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International drug policy – health before politics

Chris Ford (International Doctors for Healthier Drug Policies (IDHDP), London, UK)
Sebastian Saville (London, UK)

Drugs and Alcohol Today

ISSN: 1745-9265

Article publication date: 5 June 2017

Abstract

Purpose

The purpose of this paper is to explain how international drug policy continues to have a hugely damaging effect on population health, human rights and wellbeing, not only on individuals who consume and/or sell drugs but also on societies as a whole. And to review whether anything has changed after United Nations General Assembly Special Session.

Design/methodology/approach

UNGASS had been seen as a real opportunity for scientific evidence to become the driver of future drug policy. This paper looks at any changes that have since taken place that might support such an aspiration.

Findings

The authors found the criminalisation and incarceration of people who use drugs, mainly from the most marginalised sections of society, remains the primary response in almost every member state of the UN and there are at least 33 countries that retain the death penalty for drug offences. The impact on the health of people who inject drugs (PWIDs) living with HIV is devastating and overdose and AIDS related mortality are the leading causes of death. Hepatitis C infections among PWIDs are increasing at epidemic levels even though this now a curable disease.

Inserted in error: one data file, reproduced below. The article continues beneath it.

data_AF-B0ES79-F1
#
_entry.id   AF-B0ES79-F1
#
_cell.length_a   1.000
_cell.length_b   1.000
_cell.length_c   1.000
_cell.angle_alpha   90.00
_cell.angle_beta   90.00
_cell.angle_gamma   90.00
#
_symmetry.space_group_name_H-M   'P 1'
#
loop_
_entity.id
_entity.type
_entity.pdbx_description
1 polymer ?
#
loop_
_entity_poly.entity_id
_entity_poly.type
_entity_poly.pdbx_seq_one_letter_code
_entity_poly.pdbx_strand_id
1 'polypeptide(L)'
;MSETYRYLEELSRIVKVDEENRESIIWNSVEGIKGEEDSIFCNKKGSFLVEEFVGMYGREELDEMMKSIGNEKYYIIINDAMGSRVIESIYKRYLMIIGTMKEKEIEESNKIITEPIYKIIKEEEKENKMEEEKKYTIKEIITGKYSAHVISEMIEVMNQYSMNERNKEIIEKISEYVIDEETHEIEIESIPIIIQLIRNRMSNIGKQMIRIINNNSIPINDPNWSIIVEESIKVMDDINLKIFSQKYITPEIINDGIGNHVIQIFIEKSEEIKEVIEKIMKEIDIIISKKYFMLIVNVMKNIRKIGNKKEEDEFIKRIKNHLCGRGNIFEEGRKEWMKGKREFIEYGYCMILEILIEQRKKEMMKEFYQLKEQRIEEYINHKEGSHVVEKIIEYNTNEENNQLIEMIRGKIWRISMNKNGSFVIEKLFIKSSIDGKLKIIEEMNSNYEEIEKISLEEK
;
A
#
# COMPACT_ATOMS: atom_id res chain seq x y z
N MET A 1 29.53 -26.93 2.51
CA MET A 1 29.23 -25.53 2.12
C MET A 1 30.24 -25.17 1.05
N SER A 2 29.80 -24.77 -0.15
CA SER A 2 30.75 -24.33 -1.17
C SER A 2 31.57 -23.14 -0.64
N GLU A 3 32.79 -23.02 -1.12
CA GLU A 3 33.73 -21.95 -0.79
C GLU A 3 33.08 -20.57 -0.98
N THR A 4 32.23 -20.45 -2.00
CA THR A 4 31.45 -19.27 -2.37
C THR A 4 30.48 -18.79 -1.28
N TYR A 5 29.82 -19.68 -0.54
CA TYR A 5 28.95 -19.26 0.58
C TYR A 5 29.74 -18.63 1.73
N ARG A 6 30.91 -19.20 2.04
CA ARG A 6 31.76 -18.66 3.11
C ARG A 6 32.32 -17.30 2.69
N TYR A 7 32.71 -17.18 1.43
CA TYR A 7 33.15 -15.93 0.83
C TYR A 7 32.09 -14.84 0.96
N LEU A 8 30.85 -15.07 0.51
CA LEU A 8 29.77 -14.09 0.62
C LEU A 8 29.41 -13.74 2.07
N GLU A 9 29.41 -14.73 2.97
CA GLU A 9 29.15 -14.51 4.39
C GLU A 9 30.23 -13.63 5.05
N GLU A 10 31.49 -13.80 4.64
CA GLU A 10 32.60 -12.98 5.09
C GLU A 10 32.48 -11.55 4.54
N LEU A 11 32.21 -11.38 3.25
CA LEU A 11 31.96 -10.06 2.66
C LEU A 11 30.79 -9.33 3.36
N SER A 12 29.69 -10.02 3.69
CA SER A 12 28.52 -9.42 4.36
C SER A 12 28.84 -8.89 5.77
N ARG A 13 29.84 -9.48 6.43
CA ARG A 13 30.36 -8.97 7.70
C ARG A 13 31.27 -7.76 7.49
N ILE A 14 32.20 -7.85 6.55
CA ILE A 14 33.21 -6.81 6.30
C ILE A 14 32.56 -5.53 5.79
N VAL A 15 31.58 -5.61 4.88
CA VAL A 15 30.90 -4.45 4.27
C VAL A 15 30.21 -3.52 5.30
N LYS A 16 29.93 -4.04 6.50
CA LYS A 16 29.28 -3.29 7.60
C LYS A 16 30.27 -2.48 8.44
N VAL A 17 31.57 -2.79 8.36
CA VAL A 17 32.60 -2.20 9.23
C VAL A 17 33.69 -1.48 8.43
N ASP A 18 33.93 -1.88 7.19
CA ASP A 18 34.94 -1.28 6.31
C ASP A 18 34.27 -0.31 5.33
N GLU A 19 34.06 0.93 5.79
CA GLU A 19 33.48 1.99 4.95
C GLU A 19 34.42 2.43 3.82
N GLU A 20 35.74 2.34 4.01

Practical implications

Changes in drug policy urgently needed.

Originality/value

This paper is an important review of the health implications of bad drug policy.

Keywords

Citation

Ford, C. and Saville, S. (2017), "International drug policy – health before politics", Drugs and Alcohol Today, Vol. 17 No. 2, pp. 113-123. https://doi.org/10.1108/DAT-01-2017-0004

Publisher

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Emerald Publishing Limited

Copyright © 2017, Emerald Publishing Limited